Four areas of opportunity to improve the field workforce
Digital technology is enabling evolution across field workforces. Lucy Clayton, Business Thought Leadership at Virgin Media O2 Business, looks at four areas ripe for improvement – productivity, operational efficiency, customer service and health and safety.
Field work is going through a period of evolution. Enabled by digital technologies and accelerated by the disruption of the pandemic, there are multiple opportunities for improvement. And these opportunities benefit organisations and field workers.
To date, most focus has been on the dramatic changes experienced by desk-based workers, many of whom worked remotely during the pandemic. We published our insights paper ‘Is your field force evolving to meet current needs?’ to spotlight the changes field workers are experiencing.
Previously, I explored the societal, organisational and personal drivers that are stimulating the changes in field work. In the second of three articles covering valuable nuggets from the report, I delve into those areas where improvement is happening.
Individual field worker productivity
Small changes to the way we work can make a big difference, saving time and increasing output. Technology is enabling each field worker to improve their productivity. Eliminating manual paperwork. Ensuring close collaboration between remote teams. The report cites a field force of 5000 increasing their work rate by 20%, with a corresponding increase of 9% in customer appointments met.
Collectively, this helps drive a healthy performance culture through a “virtuous circle”. Using metrics. Making changes. Seeing an uptick in productivity. Everyone experiencing the benefits.
When technology is implemented intelligently and in a co-ordinated way, it goes beyond just improving productivity. It can revolutionise field force operations. Tesla in the UK set up a mobile technician service, avoiding the fixed costs of premises and providing a more responsive service for customers.
That’s a clever idea, but here’s the truly genius bit. The combination of information and photos from a customer self-diagnosis app and digital data coming from the car itself means mobile engineers already have a good idea of problems before they arrive. They turn up to customer appointments with the right knowledge, parts and equipment.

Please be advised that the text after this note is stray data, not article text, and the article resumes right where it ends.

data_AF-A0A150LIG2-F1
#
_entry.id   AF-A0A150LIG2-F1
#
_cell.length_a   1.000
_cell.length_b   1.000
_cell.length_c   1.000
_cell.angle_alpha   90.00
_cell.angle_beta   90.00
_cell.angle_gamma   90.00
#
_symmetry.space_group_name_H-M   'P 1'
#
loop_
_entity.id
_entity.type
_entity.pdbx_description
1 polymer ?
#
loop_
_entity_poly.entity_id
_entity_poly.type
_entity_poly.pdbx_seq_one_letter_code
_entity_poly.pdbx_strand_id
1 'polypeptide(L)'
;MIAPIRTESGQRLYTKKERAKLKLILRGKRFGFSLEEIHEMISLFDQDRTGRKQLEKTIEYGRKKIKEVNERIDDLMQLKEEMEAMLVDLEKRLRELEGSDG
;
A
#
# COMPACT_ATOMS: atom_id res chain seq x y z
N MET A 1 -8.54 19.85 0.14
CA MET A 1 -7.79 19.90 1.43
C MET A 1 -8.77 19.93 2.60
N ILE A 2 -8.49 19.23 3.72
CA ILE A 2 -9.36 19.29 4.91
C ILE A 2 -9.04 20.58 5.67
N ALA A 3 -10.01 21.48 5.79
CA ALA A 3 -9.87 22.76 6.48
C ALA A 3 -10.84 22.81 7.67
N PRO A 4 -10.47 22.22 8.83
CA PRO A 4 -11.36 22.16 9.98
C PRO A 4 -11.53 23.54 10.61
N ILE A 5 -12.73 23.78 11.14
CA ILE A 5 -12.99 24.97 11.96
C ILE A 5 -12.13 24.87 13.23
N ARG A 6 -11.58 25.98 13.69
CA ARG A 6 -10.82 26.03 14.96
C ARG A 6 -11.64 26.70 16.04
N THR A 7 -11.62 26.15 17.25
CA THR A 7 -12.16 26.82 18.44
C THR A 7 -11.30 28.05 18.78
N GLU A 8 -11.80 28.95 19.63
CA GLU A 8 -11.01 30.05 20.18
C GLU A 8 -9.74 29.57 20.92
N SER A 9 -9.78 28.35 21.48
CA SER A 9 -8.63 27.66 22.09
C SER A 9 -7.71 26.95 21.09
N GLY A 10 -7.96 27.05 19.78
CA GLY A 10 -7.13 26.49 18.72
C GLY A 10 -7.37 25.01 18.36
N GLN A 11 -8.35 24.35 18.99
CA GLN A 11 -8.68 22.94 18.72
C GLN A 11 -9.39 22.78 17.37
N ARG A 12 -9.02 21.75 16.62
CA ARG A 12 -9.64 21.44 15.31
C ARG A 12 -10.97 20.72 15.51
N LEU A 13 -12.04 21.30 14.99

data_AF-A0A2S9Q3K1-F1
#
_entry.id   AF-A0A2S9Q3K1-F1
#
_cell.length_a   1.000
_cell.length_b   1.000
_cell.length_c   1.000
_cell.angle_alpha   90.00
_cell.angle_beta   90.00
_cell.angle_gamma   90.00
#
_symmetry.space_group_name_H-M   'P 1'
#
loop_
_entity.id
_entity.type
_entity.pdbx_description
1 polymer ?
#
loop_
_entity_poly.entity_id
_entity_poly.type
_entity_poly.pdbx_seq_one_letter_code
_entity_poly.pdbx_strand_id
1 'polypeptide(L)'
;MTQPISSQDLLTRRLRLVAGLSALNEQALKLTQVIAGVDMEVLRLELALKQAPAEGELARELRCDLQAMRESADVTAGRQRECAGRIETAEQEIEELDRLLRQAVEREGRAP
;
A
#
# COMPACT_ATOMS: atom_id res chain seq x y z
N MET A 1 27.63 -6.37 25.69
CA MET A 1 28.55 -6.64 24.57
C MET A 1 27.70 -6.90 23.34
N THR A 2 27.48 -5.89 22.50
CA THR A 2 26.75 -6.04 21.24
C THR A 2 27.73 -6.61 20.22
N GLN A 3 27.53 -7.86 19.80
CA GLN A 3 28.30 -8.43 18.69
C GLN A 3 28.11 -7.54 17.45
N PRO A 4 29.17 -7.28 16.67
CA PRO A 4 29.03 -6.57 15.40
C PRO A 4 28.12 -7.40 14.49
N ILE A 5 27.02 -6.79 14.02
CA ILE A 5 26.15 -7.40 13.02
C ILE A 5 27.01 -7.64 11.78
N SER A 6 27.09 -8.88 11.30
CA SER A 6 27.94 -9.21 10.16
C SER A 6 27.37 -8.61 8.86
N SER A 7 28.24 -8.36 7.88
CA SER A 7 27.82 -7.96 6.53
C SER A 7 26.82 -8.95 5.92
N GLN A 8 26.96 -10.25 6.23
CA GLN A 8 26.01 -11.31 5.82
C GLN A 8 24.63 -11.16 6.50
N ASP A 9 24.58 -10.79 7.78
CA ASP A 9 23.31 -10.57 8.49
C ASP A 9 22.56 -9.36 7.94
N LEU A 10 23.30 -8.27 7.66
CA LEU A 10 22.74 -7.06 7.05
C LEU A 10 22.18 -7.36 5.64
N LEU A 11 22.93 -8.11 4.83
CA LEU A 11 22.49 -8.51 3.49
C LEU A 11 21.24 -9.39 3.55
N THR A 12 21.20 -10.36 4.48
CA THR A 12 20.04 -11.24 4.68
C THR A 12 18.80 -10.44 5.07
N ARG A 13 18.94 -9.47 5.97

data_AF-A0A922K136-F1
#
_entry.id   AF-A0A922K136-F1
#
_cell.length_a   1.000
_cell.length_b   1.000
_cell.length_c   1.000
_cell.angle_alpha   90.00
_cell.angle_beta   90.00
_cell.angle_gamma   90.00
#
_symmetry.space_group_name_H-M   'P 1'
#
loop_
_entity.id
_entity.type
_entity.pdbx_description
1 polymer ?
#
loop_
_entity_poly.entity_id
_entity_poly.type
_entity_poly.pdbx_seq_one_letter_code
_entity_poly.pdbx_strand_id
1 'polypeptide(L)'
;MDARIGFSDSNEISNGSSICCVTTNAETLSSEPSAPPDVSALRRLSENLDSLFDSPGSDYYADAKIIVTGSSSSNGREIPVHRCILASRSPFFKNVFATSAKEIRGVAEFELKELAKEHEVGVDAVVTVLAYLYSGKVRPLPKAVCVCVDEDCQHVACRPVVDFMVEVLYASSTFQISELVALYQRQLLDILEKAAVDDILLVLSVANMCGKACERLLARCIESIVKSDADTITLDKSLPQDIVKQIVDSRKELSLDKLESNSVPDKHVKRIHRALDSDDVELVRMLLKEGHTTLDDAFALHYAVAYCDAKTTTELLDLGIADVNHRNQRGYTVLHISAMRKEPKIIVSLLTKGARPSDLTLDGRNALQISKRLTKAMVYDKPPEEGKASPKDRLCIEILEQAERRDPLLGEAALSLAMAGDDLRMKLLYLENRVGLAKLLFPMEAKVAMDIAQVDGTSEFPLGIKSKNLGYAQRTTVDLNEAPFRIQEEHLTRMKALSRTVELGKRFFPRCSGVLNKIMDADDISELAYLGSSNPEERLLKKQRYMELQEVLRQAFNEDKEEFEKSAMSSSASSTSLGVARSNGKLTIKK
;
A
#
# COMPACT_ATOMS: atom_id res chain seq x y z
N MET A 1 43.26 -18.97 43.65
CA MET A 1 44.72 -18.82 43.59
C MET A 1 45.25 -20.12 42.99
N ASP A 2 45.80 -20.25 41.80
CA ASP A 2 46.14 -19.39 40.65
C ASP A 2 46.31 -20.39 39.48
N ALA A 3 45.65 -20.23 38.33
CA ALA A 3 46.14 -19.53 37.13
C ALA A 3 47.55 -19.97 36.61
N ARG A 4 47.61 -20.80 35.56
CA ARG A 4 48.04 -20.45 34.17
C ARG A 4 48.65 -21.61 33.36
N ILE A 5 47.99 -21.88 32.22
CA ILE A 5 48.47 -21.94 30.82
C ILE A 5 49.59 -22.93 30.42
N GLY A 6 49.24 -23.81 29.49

Here, mobile connectivity, increasingly enabled by 5G, is the critical factor in improving operational efficiency. Delivering data from Internet of Things (IoT) sensors to enable field force communication and support interaction with customers. From and to almost any location.
These technologies are having a very tangible impact on customer service. When the engineer arrives well-prepared to fix your car. When the delivery turns up exactly when they said they would. These good experiences are increasing customer and brand loyalty.
The report is peppered with other examples from specific sectors and services. Social care is currently in the news, and is a focus for future improvement. Navigil’s ‘wellbeing wristwatch’ takes advantage of mobile connectivity to enable elderly people or those with dementia to live more independently for a longer period. The watch monitors various indicators, including safe zones at home, and allows field care workers to make the right interventions when they need to.
Firefighters in the US are also taking advantage of connectivity. An augmented reality (AR) headset and computer vision embedded into their safety helmet is providing more information so they can find people trapped in dark places. That’s helping save lives.
Health and safety
Some of us groan when health and safety is mentioned. But it’s critical for field force organisations. The duty of care to keep employees safe and the need to comply with regulations are key considerations. The pandemic has increased the focus on employee wellbeing. And technology is helping make improvements across the board.
An inspiring example of this is Tizen smartwatches. These are being used for real-time communication with drivers during emergencies. Fatigue monitoring is helping prevent falling asleep at the wheel, keeping everyone safe.
Automation, connectivity and robotics are also presenting opportunities to free employees from hazardous work. It’s startling that 90% of mining accidents are caused by human fatigue and error. No wonder remote controlled and autonomous vehicles and machinery are increasingly being deployed.
This is just the start
What’s exciting is that we’re just at the start of the journey. Digital innovation and mobile connectivity are going to keep on changing field force work for the better. And all businesses can take advantage of this as the barriers for entry in terms of cost and implementation get lower.
In my final blog, I’m going to explore how you can start on that journey to evolve work for your field force.
To find out if your field force is evolving to meet current needs, dive into our new paper.